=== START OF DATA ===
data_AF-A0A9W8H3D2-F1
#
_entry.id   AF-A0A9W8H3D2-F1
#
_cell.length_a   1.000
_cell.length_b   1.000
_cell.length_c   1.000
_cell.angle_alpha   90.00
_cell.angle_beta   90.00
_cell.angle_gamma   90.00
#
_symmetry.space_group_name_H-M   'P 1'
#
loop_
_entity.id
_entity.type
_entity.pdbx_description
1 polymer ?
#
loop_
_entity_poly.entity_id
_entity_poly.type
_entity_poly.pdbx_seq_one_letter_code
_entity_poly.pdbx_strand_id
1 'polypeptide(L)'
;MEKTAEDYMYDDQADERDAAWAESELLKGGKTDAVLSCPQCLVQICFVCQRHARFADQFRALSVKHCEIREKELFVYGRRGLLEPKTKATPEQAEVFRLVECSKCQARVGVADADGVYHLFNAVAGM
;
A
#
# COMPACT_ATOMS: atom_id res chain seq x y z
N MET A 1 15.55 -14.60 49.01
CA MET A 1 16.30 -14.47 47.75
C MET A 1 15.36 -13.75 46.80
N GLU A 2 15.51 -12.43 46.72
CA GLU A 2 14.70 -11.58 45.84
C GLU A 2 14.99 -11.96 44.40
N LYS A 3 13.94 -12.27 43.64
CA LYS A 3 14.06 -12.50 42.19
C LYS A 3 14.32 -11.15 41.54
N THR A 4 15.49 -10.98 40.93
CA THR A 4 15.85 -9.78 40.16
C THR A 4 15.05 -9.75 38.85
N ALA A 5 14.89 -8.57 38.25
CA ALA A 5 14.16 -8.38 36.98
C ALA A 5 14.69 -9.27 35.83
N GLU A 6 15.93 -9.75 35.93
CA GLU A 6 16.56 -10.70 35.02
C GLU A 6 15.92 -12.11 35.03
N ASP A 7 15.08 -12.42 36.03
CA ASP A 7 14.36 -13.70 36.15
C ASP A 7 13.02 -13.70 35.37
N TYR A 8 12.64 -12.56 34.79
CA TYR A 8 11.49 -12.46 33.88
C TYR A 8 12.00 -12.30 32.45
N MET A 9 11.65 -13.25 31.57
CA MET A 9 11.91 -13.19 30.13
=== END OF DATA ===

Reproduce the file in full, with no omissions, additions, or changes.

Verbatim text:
data_AF-A0A9W8H3D2-F1
#
_entry.id   AF-A0A9W8H3D2-F1
#
_cell.length_a   1.000
_cell.length_b   1.000
_cell.length_c   1.000
_cell.angle_alpha   90.00
_cell.angle_beta   90.00
_cell.angle_gamma   90.00
#
_symmetry.space_group_name_H-M   'P 1'
#
loop_
_entity.id
_entity.type
_entity.pdbx_description
1 polymer ?
#
loop_
_entity_poly.entity_id
_entity_poly.type
_entity_poly.pdbx_seq_one_letter_code
_entity_poly.pdbx_strand_id
1 'polypeptide(L)'
;MEKTAEDYMYDDQADERDAAWAESELLKGGKTDAVLSCPQCLVQICFVCQRHARFADQFRALSVKHCEIREKELFVYGRRGLLEPKTKATPEQAEVFRLVECSKCQARVGVADADGVYHLFNAVAGM
;
A
#
# COMPACT_ATOMS: atom_id res chain seq x y z
N MET A 1 15.55 -14.60 49.01
CA MET A 1 16.30 -14.47 47.75
C MET A 1 15.36 -13.75 46.80
N GLU A 2 15.51 -12.43 46.72
CA GLU A 2 14.70 -11.58 45.84
C GLU A 2 14.99 -11.96 44.40
N LYS A 3 13.94 -12.27 43.64
CA LYS A 3 14.06 -12.50 42.19
C LYS A 3 14.32 -11.15 41.54
N THR A 4 15.49 -10.98 40.93
CA THR A 4 15.85 -9.78 40.16
C THR A 4 15.05 -9.75 38.85
N ALA A 5 14.89 -8.57 38.25
CA ALA A 5 14.16 -8.38 36.98
C ALA A 5 14.69 -9.27 35.83
N GLU A 6 15.93 -9.75 35.93
CA GLU A 6 16.56 -10.70 35.02
C GLU A 6 15.92 -12.11 35.03
N ASP A 7 15.08 -12.42 36.03
CA ASP A 7 14.36 -13.70 36.15
C ASP A 7 13.02 -13.70 35.37
N TYR A 8 12.64 -12.56 34.79
CA TYR A 8 11.49 -12.46 33.88
C TYR A 8 12.00 -12.30 32.45
N MET A 9 11.65 -13.25 31.57
CA MET A 9 11.91 -13.19 30.13